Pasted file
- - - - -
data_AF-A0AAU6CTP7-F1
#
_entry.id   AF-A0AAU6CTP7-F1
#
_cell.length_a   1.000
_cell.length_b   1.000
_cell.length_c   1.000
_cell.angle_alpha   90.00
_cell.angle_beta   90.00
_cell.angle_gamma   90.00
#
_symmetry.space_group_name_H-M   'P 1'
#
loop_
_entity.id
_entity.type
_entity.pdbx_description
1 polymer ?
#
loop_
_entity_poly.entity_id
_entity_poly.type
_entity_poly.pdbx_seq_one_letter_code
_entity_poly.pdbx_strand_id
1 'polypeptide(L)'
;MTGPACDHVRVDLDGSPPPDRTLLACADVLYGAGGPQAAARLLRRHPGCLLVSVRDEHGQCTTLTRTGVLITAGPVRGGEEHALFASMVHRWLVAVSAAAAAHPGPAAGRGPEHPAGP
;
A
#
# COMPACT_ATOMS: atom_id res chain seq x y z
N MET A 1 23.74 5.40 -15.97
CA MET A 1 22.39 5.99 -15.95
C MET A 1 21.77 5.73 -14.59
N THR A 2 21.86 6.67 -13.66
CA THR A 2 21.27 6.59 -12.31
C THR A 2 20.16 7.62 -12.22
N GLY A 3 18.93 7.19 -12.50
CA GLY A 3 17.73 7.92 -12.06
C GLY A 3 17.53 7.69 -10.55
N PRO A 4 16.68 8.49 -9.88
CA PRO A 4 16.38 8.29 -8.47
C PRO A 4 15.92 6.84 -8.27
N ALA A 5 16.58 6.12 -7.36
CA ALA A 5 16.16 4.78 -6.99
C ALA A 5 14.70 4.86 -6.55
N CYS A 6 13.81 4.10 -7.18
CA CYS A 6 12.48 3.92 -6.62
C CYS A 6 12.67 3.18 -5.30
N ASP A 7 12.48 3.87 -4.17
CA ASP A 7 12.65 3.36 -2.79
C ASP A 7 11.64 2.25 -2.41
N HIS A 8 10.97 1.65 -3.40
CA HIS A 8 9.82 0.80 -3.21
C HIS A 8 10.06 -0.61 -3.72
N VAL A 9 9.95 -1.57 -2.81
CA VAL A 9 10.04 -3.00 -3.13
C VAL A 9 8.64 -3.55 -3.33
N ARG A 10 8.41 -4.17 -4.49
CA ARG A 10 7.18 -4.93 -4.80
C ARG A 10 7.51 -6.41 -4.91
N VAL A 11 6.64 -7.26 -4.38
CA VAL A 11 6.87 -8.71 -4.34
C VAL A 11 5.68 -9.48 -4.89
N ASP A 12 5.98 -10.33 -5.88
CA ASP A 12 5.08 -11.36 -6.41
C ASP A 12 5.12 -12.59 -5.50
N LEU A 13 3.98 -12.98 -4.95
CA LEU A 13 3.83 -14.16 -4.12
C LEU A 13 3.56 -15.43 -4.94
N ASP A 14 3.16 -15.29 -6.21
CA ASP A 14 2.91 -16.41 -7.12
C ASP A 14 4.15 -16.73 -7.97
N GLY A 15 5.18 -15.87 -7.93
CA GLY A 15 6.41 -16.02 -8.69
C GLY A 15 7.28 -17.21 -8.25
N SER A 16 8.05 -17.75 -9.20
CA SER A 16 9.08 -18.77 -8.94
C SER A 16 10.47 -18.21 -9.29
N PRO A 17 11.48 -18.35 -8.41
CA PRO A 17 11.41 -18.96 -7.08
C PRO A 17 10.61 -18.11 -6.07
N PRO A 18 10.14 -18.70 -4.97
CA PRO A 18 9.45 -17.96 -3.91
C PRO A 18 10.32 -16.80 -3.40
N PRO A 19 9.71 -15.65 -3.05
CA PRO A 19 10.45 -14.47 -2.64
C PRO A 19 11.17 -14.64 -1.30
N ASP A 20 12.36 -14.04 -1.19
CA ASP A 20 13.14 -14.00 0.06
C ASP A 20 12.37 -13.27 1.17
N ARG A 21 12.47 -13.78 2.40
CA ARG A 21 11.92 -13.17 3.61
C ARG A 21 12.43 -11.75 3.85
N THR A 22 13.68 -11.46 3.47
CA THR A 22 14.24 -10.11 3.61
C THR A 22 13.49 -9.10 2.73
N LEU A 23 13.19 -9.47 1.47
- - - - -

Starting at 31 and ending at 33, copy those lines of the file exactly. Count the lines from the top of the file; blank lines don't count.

N MET A 1 23.74 5.40 -15.97
CA MET A 1 22.39 5.99 -15.95
C MET A 1 21.77 5.73 -14.59